Wyoming has numerous state parks with many recreational activities and facilities for camping. State parks in the northern section of the state include Buffalo Bill, Hot Springs and Key Hole. Boysen, Edness K. Wilkins, Guernsey, Glendo and Sinks Canyon are in the central part of the state. Bear River, Curt Gowdy, Hawk Springs and Seminoe are state parks in the southern part of Wyoming.
Wyoming's State Forestry Division manages 250,000 acres of forests scattered throughout the state. These state forests (also called state lands) employ science-based and professional forestry practices to protect Wyoming's trees. Though these lands are not specifically set aside for recreation, you can hunt, fish, bicycle and hike in these areas owned by the state, but do not trespass on private lands that often are amid the state lands. You cannot camp overnight or build open fires in state forests. For more information, see the "Public-Use Brochure" in Resources.
Activities vary depending on the state park you visit. For example, Glendo State Park has boating, hiking, water-skiing and fishing; Hawk Springs State Park in Guernsey has wildlife viewing for species like blue heron, blue-winged teal, green-winged teal, gadwall, wood duck, pintail and great horned owl. You also can fish at Hawk Springs for species like walleye, bass and channel catfish.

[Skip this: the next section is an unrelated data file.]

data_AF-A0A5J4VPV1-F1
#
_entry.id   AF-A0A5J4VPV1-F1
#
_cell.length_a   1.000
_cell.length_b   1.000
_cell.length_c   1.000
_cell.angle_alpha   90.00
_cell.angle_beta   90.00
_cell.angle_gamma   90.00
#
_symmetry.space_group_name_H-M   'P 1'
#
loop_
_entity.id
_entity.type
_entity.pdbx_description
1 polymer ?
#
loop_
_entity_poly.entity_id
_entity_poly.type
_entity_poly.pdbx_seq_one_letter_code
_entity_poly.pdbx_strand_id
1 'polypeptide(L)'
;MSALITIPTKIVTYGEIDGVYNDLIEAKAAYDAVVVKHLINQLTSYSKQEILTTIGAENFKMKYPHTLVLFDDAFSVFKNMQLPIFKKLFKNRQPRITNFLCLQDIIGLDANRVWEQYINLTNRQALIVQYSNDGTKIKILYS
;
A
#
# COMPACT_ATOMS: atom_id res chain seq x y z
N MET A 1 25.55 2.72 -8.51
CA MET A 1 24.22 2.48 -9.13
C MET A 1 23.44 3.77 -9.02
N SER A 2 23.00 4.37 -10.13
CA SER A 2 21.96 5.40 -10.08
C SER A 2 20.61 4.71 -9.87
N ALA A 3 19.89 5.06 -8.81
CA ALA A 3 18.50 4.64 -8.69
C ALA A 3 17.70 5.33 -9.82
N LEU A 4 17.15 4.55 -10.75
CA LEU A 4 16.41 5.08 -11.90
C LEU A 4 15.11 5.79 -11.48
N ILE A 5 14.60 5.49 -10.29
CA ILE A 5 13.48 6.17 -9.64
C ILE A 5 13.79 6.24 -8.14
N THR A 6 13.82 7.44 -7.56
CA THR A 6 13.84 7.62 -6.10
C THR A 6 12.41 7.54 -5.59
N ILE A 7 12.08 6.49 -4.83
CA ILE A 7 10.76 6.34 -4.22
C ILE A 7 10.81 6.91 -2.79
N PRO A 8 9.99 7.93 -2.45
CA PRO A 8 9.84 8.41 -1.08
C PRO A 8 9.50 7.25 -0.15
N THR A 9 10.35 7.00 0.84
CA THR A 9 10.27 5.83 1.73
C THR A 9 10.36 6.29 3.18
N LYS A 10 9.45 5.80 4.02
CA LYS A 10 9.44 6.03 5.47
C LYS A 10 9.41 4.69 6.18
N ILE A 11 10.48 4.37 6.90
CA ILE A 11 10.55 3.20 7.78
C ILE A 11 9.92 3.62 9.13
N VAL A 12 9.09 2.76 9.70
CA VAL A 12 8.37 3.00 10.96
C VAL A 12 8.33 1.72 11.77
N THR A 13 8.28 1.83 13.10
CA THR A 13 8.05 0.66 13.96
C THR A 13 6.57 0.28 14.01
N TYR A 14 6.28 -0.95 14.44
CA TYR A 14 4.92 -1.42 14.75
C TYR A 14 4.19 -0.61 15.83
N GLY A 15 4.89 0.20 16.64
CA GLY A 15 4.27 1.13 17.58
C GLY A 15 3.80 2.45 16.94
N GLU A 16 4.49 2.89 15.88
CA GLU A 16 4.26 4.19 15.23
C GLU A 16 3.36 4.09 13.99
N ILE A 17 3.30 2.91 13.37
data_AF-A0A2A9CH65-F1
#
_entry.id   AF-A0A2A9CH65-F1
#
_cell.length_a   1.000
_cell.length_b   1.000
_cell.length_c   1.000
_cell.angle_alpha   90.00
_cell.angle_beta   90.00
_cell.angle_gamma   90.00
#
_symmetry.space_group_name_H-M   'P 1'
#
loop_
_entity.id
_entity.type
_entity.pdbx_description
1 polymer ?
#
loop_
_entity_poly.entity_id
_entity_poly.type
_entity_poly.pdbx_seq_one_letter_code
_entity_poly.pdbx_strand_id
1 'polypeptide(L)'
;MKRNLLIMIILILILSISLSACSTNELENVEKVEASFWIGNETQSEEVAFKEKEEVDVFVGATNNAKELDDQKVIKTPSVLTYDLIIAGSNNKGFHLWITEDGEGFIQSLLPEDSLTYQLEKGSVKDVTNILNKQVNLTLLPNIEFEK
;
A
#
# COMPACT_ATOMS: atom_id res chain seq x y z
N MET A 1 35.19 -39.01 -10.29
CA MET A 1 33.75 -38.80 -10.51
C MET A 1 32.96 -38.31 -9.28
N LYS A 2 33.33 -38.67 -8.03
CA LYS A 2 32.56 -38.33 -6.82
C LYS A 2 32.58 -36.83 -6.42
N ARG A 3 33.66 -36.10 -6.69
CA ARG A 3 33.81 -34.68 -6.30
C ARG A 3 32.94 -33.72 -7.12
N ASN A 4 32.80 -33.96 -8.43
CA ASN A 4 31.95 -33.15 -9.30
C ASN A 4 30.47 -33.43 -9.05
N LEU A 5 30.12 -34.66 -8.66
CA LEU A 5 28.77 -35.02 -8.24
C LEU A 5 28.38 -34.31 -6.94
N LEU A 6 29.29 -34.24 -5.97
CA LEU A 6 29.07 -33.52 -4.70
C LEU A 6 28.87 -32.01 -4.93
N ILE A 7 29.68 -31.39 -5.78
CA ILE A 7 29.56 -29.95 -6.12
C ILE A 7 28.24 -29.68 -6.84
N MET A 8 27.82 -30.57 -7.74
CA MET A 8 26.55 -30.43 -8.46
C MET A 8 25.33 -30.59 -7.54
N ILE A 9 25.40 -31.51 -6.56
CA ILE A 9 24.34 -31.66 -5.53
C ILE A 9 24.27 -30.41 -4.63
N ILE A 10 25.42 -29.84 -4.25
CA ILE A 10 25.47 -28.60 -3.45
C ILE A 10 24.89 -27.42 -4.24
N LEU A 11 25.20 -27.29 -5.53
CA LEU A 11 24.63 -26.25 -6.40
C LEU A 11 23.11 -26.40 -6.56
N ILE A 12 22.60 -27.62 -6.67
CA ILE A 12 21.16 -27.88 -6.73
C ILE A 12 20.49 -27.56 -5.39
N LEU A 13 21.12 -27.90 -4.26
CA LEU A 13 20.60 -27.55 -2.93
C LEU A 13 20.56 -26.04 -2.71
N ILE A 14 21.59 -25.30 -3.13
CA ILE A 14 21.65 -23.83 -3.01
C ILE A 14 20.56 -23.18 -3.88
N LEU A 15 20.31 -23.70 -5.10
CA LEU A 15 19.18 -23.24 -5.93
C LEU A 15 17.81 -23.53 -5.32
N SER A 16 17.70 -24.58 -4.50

Many Wyoming state parks have campgrounds with many amenities, such as restrooms, shower facilities, picnic tables and grills. Glendo State Park has a concession at the reservoir and marina services. Seminoe State Park has four campgrounds with comfort stations, picnic tables, BBQ grills, boat launches, play areas and a dump station.
Wyoming state parks and forests have abundant wildlife. You can find species like moose, elk, mule deer, bighorn sheep, bears, beaver and various birds like Canada jay, raven, rosy finches and mountain blackbirds in many of Wyoming's forested lands and state parks.
Bighorn, Bridger-Teton, Medicine Bow and Shoshone are national forests in Wyoming. The 2.4 million-acre Shoshone National Forest was the first national forest in the United States, according to the USDA Forest Service.